Usama Bin Laden's 'Media Secretary' Faces Life If Guilty at Guantanamo Bay

A jury of U.S. military officers at Guantanamo's second war-crimes trial reached a verdict Friday that could put Usama bin Laden's alleged "media secretary" and videomaker in prison for life.

But the decision will not be announced until Monday because Ali Hamza al-Bahlul was already back in his cell when the verdict was reached, said the judge, Air Force Col. Ronald Gregory. The judge told al-Bahlul no announcement would be made in his absence.

The nine panelists, all approved by the Pentagon to serve as jurors, deliberated for roughly four hours. The accused offered no defense after calling the proceedings a "legal farce."

The prosecution said al-Bahlul's violent propaganda videos helped inspire the Sept. 11 attacks. The Yemeni prisoner also helped prepare at least two Sept. 11 hijackers for their mission and instructed many other terrorists through videos he created as a propagandist for Al Qaeda in Afghanistan, Army Maj. Daniel Cowhig said.

"The accused shouted through the medium of video, the Internet, and DVDs: Love death, hate life," Cowhig said in closing statements Friday morning at the isolated Navy base.

Al-Bahlul refused to present a defense in the weeklong trial because the judge ruled he could not represent himself. His Pentagon-appointed lawyer did not speak at all in deference to his client's wishes, declining even to answer questions from the judge while in the courtoom.

Al-Bahlul, who was brought to Guantanamo in 2002, is the second prisoner to go through a war crimes trial under the special military commissions system. He faces up to life in prison if convicted of conspiracy, supporting terrorism and solicitation to commit murder.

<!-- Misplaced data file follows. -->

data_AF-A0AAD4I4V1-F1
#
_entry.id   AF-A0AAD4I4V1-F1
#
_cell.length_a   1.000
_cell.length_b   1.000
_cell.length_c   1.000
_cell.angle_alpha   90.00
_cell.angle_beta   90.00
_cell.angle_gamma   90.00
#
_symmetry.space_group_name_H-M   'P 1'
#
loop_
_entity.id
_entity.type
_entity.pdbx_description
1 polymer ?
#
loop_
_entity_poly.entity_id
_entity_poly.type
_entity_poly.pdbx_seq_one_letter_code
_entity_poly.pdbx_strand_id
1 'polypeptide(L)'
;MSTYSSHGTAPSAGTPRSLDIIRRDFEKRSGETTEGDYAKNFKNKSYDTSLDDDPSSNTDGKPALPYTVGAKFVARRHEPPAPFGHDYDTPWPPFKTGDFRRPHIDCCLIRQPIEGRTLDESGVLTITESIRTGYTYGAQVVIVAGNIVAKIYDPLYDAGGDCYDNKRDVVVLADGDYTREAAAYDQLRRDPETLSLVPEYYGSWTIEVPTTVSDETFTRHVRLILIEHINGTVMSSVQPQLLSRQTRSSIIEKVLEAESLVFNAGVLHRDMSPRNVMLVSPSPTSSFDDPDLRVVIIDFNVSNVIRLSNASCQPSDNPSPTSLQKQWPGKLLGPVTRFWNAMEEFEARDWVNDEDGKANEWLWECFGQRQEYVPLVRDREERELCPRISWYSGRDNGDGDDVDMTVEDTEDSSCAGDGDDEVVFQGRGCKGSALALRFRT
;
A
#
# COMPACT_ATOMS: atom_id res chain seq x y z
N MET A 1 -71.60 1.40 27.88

The military claims al-Bahlul committed war crimes by serving as chief propagandist for Al Qaeda and as an aide to bin Laden. Videos made by the defendant were allegedly shown to terrorist recruits at training camps in Afghanistan.

Cowhig said he also arranged for lead Sept. 11 hijacker Mohamed Atta to swear a loyalty oath to bin Laden, and prepared filmed martyrdom wills for Atta and fellow hijacker Ziad Jarrah in preparation for the attacks against the United States.

"(These videos) contain the thoughts, the beliefs, the ideals of the accused," the prosecutor said.

Among the 14 people who testified for the defense, three upstate New York men convicted of aiding terrorism testified their Al Qaeda training included viewing a propaganda video allegedly created by the defendant.

The witnesses — three of the so-called "Lackawanna Six," — said the two-hour video featuring depictions of Al Qaeda's deadly 2000 bombing of the USS Cole, spliced with images of terrorist training camps and Muslims being brutalized was intended to inspire suicide attacks.

The military says al-Bahlul repeatedly admitted to interrogators that he was Al Qaeda's media chief and made propaganda videos for bin Laden. Al-Bahlul doesn't consider his actions criminal. But the U.S. military already determined him to be an unlawful enemy combatant, and says any work he did for Al Qaeda is by definition a war crime because Al Qaeda is a terrorist organization.

At one point, al-Bahlul smiled broadly as the uniformed prosecutor directly addressed the defendant.

"The accused identifies himself as an officer of Al Qaeda," Cowhig said, looking at the slight man with a close-cropped beard. "Al Qaeda is not an army, and you are not an officer."

The judge quickly ordered Cowhig to stop addressing the defendant and instead turn his attention to the jurors.

Just before the jury announced it had reached a verdict, al-Bahlul's Pentagon-appointed lawyer said the government's case was surpisingly sloppy considering the time they had to prepare against the defendant, who has been jailed at Guantanamo since 2002.

"I believe this is the last military trial that will take place. I think that this trial has further exposed this process and has turned the tide against continuing with military commissions," Air Force Maj. David Frakt told reporters

Army Col. Lawrence Morris, the chief prosecutor for the Guantanamo tribunals, said if al-Bahlul is convicted of war crimes, sentencing would likely immediately follow on Monday.

Jamil Dakwar, an American Civil Liberties Union lawyer who has been observing the trial, said the prosecution failed to prove al-Bahlul has any real connection to the Sept. 11 attacks.

"It is an injustice to the victims of 9-11 for the government to build its case solely by videos and images of the attacks," Dakwar said.